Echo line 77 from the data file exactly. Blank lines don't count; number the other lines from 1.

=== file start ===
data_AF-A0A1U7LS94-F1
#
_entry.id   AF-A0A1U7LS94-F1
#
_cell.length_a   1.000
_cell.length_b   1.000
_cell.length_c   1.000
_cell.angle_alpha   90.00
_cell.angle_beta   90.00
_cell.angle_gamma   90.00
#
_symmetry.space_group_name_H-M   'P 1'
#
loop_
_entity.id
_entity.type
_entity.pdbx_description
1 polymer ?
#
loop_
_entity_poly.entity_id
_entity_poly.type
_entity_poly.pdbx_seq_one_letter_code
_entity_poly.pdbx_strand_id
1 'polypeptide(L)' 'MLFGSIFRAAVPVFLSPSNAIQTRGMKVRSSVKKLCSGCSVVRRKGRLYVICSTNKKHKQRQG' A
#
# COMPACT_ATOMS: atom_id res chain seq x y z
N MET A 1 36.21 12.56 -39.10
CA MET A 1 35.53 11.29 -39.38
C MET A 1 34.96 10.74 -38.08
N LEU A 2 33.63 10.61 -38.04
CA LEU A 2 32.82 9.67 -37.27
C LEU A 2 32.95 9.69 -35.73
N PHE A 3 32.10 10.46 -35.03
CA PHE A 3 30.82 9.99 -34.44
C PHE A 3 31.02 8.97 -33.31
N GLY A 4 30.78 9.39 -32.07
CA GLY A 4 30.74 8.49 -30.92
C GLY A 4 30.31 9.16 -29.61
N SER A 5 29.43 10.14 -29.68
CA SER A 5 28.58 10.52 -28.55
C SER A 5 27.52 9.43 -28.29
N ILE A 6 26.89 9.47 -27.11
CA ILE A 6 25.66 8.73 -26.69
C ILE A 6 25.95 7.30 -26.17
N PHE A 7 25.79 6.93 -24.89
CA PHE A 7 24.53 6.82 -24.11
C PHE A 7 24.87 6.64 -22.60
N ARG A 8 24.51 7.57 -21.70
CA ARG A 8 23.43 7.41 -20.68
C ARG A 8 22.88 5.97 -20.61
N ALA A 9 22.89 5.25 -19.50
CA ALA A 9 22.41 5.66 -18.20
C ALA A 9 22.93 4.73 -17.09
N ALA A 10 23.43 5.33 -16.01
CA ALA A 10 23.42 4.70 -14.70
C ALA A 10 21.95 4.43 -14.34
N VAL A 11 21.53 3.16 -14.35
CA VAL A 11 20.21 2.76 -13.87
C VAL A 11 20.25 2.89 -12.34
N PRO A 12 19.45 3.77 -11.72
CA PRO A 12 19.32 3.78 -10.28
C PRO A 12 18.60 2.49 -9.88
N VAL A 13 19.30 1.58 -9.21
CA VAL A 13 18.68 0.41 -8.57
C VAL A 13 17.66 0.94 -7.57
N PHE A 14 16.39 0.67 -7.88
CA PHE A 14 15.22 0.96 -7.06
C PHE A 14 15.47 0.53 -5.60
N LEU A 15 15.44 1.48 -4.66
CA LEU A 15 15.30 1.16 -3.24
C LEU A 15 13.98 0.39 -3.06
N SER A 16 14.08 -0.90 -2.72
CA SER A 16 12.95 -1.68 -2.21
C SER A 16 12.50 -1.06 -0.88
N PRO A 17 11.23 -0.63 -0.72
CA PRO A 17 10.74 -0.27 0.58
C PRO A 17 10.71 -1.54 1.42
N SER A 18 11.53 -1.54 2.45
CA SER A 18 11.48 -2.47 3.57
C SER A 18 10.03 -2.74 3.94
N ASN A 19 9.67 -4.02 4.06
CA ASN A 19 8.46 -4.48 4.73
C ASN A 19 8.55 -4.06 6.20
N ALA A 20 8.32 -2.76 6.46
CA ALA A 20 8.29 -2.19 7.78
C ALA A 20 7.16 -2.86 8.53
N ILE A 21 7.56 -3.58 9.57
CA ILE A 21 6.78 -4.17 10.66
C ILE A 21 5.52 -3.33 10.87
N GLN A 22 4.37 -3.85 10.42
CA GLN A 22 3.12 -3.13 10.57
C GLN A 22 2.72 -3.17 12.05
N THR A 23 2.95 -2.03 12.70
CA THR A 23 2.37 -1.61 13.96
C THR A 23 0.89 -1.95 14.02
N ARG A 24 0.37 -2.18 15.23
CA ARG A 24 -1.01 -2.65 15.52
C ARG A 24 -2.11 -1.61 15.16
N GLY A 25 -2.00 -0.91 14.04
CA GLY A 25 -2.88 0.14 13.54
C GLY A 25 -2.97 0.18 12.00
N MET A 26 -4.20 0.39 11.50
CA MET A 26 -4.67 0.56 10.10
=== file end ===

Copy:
CA PRO A 17 10.74 -0.27 0.58